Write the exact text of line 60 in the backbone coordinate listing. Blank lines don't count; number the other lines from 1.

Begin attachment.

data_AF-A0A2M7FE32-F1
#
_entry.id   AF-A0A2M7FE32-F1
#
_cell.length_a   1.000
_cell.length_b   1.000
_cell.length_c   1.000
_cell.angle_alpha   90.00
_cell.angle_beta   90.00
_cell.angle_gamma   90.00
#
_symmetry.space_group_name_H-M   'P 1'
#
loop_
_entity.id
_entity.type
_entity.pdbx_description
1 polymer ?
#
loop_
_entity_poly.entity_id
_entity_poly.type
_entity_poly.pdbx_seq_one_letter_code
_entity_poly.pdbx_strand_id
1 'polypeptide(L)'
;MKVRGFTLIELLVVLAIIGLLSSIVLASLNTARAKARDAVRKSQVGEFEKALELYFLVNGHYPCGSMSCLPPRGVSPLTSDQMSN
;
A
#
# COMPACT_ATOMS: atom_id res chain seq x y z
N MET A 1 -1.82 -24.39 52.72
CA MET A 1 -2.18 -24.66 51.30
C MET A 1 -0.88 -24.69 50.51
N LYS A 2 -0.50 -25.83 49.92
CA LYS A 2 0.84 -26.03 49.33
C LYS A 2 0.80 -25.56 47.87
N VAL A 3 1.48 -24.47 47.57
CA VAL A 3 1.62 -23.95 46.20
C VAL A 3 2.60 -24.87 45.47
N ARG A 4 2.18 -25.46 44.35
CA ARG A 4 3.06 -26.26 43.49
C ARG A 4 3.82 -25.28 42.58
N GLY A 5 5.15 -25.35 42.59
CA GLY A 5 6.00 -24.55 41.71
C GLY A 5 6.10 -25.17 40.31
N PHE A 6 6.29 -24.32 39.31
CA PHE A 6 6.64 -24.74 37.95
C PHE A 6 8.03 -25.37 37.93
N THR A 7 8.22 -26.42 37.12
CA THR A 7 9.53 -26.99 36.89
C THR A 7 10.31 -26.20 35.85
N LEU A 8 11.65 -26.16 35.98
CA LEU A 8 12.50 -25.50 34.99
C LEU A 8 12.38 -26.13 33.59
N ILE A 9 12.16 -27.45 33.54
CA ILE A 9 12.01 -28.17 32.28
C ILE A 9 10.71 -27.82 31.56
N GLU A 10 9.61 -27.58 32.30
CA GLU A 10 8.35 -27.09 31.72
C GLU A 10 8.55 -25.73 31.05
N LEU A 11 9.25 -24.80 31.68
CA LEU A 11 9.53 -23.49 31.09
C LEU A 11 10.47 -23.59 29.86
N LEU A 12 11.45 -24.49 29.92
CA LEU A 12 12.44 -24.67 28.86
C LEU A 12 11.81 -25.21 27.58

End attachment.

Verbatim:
C GLU A 10 8.55 -25.73 31.05